Bonnie Tyler said it in the 80s in a music video with laser whip toting cowboys but I think her song may have been written three decades too early. Before I go any further, I just have to wince at the fact that the 80s was three decades ago. OK, let’s get on with it.
So where have all the manly heroes gone? I can’t for the life of me think of a recent show that has had a central male hero character that takes no shit, gets the job done and exudes a mega load of testosterone in every episode. At some stage, and I’m not sure when it happened exactly, but the solo hero seems to have gone the way of the dinosaur.
I guess the closest thing that comes to mind would be Jack Bauer in 24, but even then I never got the same sense of manliness and heroism from him as I did from his predecessors.
I wonder if the need for smoldering sexual tension on screen is what lead to the downfall of the macho male protagonist? Is it no longer the done thing to idolize characters that live fast, punch hard and score all the hot ladies? Perhaps shows with such a masculine main character were alienating the female viewership, though as a theory I find it hard to believe because I don’t know how any lady could turn off a screen displaying the gloriously hirsute chest of one Mr Tom Selleck.
Instead now we are presented with teams and groups of at least two people who work together to fight crime and solve mysteries.
Take for example your CSI franchise of shows. We have a variety of teams put together to solve crimes made up of guys and girls of varying ages. Without a doubt between at least two characters there will always be some sort of sexual tension that plays out in a will they/wont they sub plot that will continue for at least half a season. On the same sort of slant you have other duo based crime shows like Bones and Castle which have been forever playing off of the burning question of whether or not the characters were going to bone each other. Pun very much intended.
If we cast our minds back in time, team based shows have been around for a long time, but even back in the 80s, whether all boys (A-Team) or all girls (Charlies Angels) they were so much more heroic. Once they started mixing up the gender balance I think everything went wrong. If one of Charlie’s Angels decided to join the A-Team it’d take no time before the epic heroism and action prowess of the team would be compromised because B.A. would start thinking twice before driving the van through an exploding truck to rescue Murdock because he’s in love with the Angel and he never got to say goodbye to her before they went on this crazy foo’ jibber jabber mission.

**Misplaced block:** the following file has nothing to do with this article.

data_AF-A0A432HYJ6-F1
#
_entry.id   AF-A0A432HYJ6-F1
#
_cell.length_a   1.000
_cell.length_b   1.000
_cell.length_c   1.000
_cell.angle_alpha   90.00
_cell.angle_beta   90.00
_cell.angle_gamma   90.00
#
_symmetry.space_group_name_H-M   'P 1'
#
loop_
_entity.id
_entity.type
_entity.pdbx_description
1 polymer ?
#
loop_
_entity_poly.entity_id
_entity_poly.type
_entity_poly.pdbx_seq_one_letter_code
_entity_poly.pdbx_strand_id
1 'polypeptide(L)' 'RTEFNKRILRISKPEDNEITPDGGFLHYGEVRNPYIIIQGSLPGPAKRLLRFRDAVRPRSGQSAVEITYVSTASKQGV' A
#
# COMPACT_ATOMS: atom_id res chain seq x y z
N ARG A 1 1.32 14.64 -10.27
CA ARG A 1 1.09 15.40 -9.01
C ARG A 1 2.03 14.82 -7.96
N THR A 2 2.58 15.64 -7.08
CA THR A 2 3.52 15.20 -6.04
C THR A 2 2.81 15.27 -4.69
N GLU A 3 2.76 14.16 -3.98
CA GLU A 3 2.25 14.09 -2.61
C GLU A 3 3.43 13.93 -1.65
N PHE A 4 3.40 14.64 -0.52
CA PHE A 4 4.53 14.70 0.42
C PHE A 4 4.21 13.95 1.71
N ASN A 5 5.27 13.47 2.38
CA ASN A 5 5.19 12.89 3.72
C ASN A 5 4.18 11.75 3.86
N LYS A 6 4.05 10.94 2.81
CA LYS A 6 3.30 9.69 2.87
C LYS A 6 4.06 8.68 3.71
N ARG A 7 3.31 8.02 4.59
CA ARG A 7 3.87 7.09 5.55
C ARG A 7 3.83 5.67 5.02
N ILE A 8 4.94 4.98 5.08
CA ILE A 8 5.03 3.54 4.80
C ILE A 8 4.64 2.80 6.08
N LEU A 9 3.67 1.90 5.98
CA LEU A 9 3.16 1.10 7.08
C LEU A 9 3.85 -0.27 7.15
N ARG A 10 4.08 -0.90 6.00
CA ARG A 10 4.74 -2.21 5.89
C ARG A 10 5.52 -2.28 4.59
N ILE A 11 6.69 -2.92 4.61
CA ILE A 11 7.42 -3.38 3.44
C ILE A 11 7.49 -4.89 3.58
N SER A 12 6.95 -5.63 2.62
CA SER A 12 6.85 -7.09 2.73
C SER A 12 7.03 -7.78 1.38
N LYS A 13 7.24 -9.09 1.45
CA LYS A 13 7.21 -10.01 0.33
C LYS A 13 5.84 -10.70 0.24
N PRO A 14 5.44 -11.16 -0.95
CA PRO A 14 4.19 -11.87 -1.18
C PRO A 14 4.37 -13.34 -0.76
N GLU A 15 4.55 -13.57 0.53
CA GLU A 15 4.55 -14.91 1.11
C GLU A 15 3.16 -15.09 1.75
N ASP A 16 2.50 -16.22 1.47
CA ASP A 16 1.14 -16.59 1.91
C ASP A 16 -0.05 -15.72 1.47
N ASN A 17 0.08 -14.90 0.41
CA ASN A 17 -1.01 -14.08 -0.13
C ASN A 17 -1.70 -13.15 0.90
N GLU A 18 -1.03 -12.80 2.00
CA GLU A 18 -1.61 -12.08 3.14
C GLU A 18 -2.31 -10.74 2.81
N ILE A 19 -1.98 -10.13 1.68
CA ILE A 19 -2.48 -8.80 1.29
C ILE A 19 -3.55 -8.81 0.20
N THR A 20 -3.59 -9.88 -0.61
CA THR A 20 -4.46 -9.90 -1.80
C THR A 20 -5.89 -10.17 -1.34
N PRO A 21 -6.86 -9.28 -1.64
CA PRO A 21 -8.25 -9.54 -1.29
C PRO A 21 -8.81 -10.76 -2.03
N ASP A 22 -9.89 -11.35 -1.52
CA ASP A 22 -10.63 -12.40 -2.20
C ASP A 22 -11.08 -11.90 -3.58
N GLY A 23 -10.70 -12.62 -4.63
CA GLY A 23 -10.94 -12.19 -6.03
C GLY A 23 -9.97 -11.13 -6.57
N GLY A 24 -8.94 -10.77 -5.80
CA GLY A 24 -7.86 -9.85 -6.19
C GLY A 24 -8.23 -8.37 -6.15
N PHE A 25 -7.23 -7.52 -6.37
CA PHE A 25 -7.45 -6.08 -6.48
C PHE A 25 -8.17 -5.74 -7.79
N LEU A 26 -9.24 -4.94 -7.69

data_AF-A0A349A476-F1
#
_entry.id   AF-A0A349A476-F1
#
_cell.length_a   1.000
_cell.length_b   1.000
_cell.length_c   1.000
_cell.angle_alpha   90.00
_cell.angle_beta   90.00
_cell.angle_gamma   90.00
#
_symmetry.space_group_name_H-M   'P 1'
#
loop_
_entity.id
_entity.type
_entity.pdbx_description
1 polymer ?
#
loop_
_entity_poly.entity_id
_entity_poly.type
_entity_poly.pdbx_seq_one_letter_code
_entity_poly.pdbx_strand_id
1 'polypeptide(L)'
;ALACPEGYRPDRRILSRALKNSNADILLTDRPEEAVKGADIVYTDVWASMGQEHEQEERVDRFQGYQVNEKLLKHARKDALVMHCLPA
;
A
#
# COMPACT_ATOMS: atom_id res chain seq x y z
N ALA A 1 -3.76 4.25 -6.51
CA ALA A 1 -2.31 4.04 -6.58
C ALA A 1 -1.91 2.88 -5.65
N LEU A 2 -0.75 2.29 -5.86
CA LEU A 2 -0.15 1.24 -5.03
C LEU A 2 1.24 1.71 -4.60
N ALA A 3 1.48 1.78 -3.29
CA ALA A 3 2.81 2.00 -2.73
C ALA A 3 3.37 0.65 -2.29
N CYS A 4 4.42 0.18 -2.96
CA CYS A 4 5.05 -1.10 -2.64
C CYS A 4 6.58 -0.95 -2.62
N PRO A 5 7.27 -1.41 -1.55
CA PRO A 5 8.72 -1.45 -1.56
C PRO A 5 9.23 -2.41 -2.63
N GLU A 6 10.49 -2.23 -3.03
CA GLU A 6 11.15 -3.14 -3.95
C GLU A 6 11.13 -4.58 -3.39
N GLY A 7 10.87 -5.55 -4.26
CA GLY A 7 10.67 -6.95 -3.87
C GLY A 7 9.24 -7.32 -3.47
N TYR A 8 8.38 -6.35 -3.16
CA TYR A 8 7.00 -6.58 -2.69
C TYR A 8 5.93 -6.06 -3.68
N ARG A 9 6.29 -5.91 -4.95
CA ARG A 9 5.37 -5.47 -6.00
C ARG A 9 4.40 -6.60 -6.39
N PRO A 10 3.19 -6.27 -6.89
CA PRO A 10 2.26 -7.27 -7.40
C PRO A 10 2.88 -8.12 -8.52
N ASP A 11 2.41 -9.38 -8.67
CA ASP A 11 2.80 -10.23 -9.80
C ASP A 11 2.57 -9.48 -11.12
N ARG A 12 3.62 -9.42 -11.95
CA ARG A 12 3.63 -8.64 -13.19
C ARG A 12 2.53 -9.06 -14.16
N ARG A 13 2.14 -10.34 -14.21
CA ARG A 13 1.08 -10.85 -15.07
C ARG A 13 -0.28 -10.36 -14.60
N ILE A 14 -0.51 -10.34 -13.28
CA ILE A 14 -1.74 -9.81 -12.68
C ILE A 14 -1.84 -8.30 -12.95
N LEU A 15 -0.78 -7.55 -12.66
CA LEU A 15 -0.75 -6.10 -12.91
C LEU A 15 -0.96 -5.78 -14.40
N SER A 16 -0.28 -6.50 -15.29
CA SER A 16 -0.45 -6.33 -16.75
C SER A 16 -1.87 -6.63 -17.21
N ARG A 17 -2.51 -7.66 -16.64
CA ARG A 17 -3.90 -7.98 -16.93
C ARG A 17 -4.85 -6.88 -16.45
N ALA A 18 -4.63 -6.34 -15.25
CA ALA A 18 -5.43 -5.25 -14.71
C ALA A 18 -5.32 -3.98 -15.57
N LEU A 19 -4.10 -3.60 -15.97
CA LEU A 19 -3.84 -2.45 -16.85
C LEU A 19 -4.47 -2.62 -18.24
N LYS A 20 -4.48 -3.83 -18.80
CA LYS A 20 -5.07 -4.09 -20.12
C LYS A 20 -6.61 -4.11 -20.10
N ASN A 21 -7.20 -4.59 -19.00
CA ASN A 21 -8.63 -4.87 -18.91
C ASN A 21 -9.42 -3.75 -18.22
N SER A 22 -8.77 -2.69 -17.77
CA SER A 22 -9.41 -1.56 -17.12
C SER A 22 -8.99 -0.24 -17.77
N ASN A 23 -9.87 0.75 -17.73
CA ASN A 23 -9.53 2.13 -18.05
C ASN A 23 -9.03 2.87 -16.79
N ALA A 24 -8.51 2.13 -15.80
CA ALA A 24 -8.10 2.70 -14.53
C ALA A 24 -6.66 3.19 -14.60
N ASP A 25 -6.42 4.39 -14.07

Bring that scenario to the current day though and audiences would be all over that aspect of the show. TV gossip mags would have cover stories for months if it looked like the coming week’s episode the two of them might hook up.
So allow me to pay tribute to some of the greatest television heroes of times gone by who now, sadly, I feel may be an extinct species. Who do you think should be added to these hallowed halls of heroism?
Living in the guest house of a rich author’s home in Hawaii, Magnum is a private investigator hired to look after security of the property known as Robin’s Nest. He sports an epic mustache, wears Hawaiian shirts, shorts and boat shoes and drives around in a red Ferrari owned by his gracious employer. Helped out by ex-nam chopper pilot T.C. and house keeper/man servant to his rich boss, Higgins, Magnum solves crimes in Hawaii that quite often involve super hot ladies. He’s all man.
Played brilliantly by a thick haired and dashing Tom Selleck, Thomas Magnum lives the live many of us would dream of and has a mustache every man should envy.
Lee Majors. What a man. The Six Million Dollar Man. A test pilot, horrendously injured in a test flight of a new aircraft, Austin loses both of his legs, an arm and one of his eyes. The OSI (Office of Strategic Intelligence) use their technology to rebuild his bits and pieces making him even more of a man than he was before. One worth at least six million dollars you would assume. Granting him super speed, strength and stamina as well as super telescopic vision, he uses his new abilities to fight the forces of evil and defeat his enemies. He fights everything from terrorists to aliens to a bionic Bigfoot! You can watch the epic showdown between Steve Austin and Bigfoot below, featuring the legendary Andre The Giant as Bigfoot!
Possibly one of the greatest characters ever to grace the television screen, MacGyver I think has probably had more of a continuing impact on our lives than any other TV character, even today, nearly 20 years to the day that the show finished it’s run. The term MacGyver is still used regularly when people fix something in some sort of ingenious or unusual way. MacGyver was employed by the Phoenix Foundation, a sort of semi-quasi alternate government like organisation. Responsible for making Swiss Army Knives cool, he was the master of making everything out of anything and being able to adapt to any situation. He hated the idea of carrying a gun and preferred to use science and engineering to solve his problems and get him out of situations. Using duct tape, paperclips and his knife, Mac could pretty much build, blow up, unlock or escape anything.
The role that defined Richard Dean Anderson’s career and ingrained a cultural reference that has endured for over 20 years, it (un)fortunately wasn’t enough to make the mullet stand the test of time.
Sam “Mayday” Malone (Cheers).
The following clip says it all.